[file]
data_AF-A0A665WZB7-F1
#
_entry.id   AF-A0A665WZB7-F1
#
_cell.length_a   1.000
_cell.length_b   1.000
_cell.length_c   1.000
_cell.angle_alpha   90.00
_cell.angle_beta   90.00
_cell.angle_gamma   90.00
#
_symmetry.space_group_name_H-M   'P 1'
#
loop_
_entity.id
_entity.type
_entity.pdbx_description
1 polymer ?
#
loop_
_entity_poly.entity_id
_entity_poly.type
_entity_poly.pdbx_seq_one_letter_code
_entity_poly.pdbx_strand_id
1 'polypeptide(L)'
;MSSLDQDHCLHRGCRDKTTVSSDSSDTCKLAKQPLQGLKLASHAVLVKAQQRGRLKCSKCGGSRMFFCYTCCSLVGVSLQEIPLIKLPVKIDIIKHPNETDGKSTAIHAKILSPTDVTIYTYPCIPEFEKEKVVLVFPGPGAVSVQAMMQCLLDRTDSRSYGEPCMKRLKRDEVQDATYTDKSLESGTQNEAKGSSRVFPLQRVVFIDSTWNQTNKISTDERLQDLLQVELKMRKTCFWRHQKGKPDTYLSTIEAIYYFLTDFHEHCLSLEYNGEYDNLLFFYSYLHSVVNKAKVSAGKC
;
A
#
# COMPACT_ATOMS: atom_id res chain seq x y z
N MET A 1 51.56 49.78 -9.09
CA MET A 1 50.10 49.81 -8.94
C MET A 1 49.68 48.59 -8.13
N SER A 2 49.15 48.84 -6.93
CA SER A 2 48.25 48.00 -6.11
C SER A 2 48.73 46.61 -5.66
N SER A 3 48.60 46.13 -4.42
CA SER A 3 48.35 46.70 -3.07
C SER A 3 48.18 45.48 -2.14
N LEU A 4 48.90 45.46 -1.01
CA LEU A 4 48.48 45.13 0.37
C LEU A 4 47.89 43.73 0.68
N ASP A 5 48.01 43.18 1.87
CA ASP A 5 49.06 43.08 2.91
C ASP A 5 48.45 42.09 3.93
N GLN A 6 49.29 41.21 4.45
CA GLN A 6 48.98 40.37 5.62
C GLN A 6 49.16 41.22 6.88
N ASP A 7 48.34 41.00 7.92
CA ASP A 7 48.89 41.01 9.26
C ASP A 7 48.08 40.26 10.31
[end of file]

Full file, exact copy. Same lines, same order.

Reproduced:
data_AF-A0A665WZB7-F1
#
_entry.id   AF-A0A665WZB7-F1
#
_cell.length_a   1.000
_cell.length_b   1.000
_cell.length_c   1.000
_cell.angle_alpha   90.00
_cell.angle_beta   90.00
_cell.angle_gamma   90.00
#
_symmetry.space_group_name_H-M   'P 1'
#
loop_
_entity.id
_entity.type
_entity.pdbx_description
1 polymer ?
#
loop_
_entity_poly.entity_id
_entity_poly.type
_entity_poly.pdbx_seq_one_letter_code
_entity_poly.pdbx_strand_id
1 'polypeptide(L)'
;MSSLDQDHCLHRGCRDKTTVSSDSSDTCKLAKQPLQGLKLASHAVLVKAQQRGRLKCSKCGGSRMFFCYTCCSLVGVSLQEIPLIKLPVKIDIIKHPNETDGKSTAIHAKILSPTDVTIYTYPCIPEFEKEKVVLVFPGPGAVSVQAMMQCLLDRTDSRSYGEPCMKRLKRDEVQDATYTDKSLESGTQNEAKGSSRVFPLQRVVFIDSTWNQTNKISTDERLQDLLQVELKMRKTCFWRHQKGKPDTYLSTIEAIYYFLTDFHEHCLSLEYNGEYDNLLFFYSYLHSVVNKAKVSAGKC
;
A
#
# COMPACT_ATOMS: atom_id res chain seq x y z
N MET A 1 51.56 49.78 -9.09
CA MET A 1 50.10 49.81 -8.94
C MET A 1 49.68 48.59 -8.13
N SER A 2 49.15 48.84 -6.93
CA SER A 2 48.25 48.00 -6.11
C SER A 2 48.73 46.61 -5.66
N SER A 3 48.60 46.13 -4.42
CA SER A 3 48.35 46.70 -3.07
C SER A 3 48.18 45.48 -2.14
N LEU A 4 48.90 45.46 -1.01
CA LEU A 4 48.48 45.13 0.37
C LEU A 4 47.89 43.73 0.68
N ASP A 5 48.01 43.18 1.87
CA ASP A 5 49.06 43.08 2.91
C ASP A 5 48.45 42.09 3.93
N GLN A 6 49.29 41.21 4.45
CA GLN A 6 48.98 40.37 5.62
C GLN A 6 49.16 41.22 6.88
N ASP A 7 48.34 41.00 7.92
CA ASP A 7 48.89 41.01 9.26
C ASP A 7 48.08 40.26 10.31